One of the challenges of teaching in a developing country is that you can't just walk down the street to the local School Supply store and pick up the equipment you need for a science experiment. Well, maybe in some developing countries you can, but definitely not here in Cambodia. So that means you have to get a little creative, visit a few (or sometimes many) different stores, and try out some more unusual options. It also means you have to think ahead a bit.
This coming week I've got an experiment to complete that is part of our International Primary Curriculum (IPC) unit called "Investigators". We've almost finished our Investigator Training, and we are currently investigating an accident scene involving a victim with blistered lips! This particular experiment requires students to determine the heat insulation properties of various different types of cups. Just collecting the suggested types of cups was the first challenge.
The experiment called for four types of cup: plastic, paper, polystyrene, and metal. Now plastic is easy, and so is paper. Metal reminded me of the metal cups we used in the dining room when I was at boarding school back in 1980. Then I saw some photos of those multi-coloured aluminium picnic cups that most families seemed to have when I was growing up. A photo on Google reminded me of my old enamel camping mugs, great for keeping a cup of herb tea hot on a cold night! My colleague did some hunting around town for metal cups with little success, so I did some hunting of my own. I eventually found some small stainless steel mugs like this one.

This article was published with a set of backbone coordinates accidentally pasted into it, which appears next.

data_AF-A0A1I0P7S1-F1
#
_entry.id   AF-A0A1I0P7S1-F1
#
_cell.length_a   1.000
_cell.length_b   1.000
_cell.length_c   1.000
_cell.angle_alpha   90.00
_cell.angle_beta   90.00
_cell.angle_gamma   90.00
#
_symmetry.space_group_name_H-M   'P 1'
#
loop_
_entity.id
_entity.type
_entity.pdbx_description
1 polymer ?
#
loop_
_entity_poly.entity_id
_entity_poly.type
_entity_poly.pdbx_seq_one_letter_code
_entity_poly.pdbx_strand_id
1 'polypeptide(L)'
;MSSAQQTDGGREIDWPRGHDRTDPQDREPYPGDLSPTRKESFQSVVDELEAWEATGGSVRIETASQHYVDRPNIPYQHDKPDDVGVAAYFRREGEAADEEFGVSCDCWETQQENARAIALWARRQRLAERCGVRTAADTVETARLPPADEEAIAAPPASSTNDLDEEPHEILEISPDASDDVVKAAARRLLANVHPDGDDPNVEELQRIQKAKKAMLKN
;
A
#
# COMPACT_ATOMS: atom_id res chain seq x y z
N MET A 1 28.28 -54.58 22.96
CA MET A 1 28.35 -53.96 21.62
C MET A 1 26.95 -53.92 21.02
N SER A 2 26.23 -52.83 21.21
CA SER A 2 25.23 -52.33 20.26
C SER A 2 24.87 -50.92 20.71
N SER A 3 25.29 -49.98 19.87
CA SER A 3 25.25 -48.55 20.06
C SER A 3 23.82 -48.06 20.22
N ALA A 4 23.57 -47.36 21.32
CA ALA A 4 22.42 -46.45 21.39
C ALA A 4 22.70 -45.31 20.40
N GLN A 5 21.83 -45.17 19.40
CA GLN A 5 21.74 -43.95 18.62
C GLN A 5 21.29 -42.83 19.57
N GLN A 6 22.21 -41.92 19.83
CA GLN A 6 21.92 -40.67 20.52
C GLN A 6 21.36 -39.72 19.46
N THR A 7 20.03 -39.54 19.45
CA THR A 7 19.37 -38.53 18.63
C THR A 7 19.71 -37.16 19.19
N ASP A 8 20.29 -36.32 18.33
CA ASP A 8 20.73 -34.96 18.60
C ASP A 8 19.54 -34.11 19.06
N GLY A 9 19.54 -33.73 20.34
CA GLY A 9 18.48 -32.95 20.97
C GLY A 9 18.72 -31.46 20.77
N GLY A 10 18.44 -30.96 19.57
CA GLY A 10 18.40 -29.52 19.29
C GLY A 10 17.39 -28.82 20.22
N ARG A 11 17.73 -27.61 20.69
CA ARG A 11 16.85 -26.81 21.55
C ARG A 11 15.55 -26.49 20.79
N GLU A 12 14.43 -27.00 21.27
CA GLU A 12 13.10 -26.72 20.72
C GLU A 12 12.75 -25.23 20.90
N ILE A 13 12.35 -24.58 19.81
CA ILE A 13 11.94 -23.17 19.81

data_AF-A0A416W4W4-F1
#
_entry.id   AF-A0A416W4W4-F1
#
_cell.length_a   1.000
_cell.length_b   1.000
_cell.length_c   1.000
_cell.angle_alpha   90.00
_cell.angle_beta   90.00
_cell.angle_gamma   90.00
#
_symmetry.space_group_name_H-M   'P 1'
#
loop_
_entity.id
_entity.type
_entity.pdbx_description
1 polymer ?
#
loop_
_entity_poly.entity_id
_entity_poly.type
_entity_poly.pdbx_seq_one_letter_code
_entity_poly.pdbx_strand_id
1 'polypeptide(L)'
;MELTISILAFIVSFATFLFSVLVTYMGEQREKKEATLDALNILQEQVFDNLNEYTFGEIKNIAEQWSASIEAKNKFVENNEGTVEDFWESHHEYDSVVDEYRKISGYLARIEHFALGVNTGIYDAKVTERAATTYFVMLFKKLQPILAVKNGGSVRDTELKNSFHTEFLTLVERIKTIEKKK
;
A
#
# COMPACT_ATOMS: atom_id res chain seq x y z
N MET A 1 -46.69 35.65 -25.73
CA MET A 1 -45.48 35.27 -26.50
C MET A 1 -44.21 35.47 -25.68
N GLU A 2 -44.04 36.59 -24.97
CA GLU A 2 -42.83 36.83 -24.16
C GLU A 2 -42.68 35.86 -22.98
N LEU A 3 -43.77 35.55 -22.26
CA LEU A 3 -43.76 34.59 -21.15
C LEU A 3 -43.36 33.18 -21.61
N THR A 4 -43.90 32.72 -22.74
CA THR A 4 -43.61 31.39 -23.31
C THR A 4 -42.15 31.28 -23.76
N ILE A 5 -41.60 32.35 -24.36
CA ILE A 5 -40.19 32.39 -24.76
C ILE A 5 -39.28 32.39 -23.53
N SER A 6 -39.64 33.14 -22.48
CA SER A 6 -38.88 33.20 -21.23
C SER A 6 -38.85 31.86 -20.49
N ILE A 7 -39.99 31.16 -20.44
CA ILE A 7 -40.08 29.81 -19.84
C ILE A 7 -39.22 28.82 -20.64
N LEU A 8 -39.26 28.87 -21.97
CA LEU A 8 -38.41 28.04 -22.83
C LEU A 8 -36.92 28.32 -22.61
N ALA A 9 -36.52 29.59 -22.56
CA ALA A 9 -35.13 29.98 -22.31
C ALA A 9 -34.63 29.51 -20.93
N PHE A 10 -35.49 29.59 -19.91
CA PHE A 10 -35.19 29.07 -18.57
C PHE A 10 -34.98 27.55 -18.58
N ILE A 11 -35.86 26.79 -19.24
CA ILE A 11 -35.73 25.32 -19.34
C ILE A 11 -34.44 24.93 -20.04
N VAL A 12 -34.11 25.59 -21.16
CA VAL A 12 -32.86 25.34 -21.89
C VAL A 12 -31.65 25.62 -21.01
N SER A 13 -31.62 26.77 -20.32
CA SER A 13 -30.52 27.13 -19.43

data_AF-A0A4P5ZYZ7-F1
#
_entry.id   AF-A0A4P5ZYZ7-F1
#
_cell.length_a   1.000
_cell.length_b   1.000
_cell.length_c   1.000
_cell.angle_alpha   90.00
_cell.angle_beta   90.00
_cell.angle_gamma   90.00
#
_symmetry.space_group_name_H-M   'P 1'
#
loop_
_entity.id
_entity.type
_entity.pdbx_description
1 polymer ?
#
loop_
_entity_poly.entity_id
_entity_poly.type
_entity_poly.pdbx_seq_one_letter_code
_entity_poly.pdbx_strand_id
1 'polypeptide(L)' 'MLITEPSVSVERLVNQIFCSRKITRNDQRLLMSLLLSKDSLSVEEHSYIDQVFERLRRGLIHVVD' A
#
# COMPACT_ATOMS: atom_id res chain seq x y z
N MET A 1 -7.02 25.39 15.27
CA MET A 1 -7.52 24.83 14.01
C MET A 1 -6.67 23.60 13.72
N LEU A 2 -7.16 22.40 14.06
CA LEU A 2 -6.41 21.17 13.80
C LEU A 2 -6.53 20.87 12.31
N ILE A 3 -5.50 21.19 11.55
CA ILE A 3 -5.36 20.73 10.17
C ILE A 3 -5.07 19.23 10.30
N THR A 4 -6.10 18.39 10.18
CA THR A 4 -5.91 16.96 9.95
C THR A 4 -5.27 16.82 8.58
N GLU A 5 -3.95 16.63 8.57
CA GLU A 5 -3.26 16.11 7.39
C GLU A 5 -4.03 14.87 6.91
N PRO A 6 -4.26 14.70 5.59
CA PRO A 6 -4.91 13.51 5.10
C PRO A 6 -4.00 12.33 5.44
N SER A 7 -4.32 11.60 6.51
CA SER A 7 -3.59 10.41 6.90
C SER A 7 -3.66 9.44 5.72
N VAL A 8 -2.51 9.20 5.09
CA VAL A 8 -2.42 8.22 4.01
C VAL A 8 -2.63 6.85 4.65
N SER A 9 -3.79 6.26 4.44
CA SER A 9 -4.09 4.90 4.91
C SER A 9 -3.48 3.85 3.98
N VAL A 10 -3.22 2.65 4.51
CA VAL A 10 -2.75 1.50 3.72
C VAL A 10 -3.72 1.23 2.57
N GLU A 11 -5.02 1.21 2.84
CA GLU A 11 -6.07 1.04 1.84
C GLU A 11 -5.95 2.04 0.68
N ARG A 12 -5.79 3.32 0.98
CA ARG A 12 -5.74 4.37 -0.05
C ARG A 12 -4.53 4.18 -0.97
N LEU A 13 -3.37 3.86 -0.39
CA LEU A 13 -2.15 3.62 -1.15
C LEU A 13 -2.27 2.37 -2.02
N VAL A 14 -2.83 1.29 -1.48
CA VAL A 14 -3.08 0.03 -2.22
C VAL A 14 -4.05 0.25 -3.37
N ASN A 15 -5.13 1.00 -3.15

So now I've got all my cups lined up, the next challenge is how to measure insulative property. The suggested procedure is to pour hot water into each of the cups and measure the temperature over time, so see which cup keeps the water hot for the longest time. That would require a laboratory thermometer, of which we have none. My colleague thought he had solved the problem when he bought some clinical thermometers, and some clever person suggested putting each cup into cool water, and monitoring the temperature of that cooler water, to see how much it heated up. He tried it this week, and it sort of worked, but the narrow temperature range was something of a problem. I am also hesitant to use them as they look very suspiciously like they are a mercury thermometer, and I don't want the responsibility of mercury in my classroom.
After having hearing his experience, I thought about using standard weather thermometers. While their range isn't a wide as a laboratory thermometer, it does go from -40°C to +50°C, and the ones that I bought cost me all of $1.80 each. I just did my own mini-experiment to see if they would measure water temperature and here are the results.
We'll see how it goes next week, but I'd say that's another successful modification to a project in order to use materials I can actually get my hands on!